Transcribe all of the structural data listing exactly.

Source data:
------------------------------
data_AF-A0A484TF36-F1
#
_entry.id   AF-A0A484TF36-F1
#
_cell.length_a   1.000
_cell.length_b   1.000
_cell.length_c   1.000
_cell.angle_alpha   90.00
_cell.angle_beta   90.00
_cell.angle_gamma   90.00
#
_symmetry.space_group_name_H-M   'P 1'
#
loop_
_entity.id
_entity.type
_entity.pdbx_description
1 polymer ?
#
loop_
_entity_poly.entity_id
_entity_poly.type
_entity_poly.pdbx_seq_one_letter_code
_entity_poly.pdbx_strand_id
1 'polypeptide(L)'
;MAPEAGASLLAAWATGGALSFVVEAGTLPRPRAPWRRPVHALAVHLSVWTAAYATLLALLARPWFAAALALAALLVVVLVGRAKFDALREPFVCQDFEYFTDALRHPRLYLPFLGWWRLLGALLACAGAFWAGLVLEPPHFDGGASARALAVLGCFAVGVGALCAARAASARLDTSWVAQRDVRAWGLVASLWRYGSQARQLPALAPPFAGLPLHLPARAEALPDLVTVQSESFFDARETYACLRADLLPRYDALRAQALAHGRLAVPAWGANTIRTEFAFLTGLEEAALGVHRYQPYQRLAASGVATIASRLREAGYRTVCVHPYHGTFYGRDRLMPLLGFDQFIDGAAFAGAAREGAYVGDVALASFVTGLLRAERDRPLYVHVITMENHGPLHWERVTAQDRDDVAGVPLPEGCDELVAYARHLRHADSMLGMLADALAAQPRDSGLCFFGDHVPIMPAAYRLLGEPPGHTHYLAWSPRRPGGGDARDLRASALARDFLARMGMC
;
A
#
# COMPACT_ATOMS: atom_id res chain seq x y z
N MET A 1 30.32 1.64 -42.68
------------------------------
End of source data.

data_AF-A0A484TF36-F1
#
_entry.id   AF-A0A484TF36-F1
#
_cell.length_a   1.000
_cell.length_b   1.000
_cell.length_c   1.000
_cell.angle_alpha   90.00
_cell.angle_beta   90.00
_cell.angle_gamma   90.00
#
_symmetry.space_group_name_H-M   'P 1'
#
loop_
_entity.id
_entity.type
_entity.pdbx_description
1 polymer ?
#
loop_
_entity_poly.entity_id
_entity_poly.type
_entity_poly.pdbx_seq_one_letter_code
_entity_poly.pdbx_strand_id
1 'polypeptide(L)'
;MAPEAGASLLAAWATGGALSFVVEAGTLPRPRAPWRRPVHALAVHLSVWTAAYATLLALLARPWFAAALALAALLVVVLVGRAKFDALREPFVCQDFEYFTDALRHPRLYLPFLGWWRLLGALLACAGAFWAGLVLEPPHFDGGASARALAVLGCFAVGVGALCAARAASARLDTSWVAQRDVRAWGLVASLWRYGSQARQLPALAPPFAGLPLHLPARAEALPDLVTVQSESFFDARETYACLRADLLPRYDALRAQALAHGRLAVPAWGANTIRTEFAFLTGLEEAALGVHRYQPYQRLAASGVATIASRLREAGYRTVCVHPYHGTFYGRDRLMPLLGFDQFIDGAAFAGAAREGAYVGDVALASFVTGLLRAERDRPLYVHVITMENHGPLHWERVTAQDRDDVAGVPLPEGCDELVAYARHLRHADSMLGMLADALAAQPRDSGLCFFGDHVPIMPAAYRLLGEPPGHTHYLAWSPRRPGGGDARDLRASALARDFLARMGMC
;
A
#
# COMPACT_ATOMS: atom_id res chain seq x y z
N MET A 1 30.32 1.64 -42.68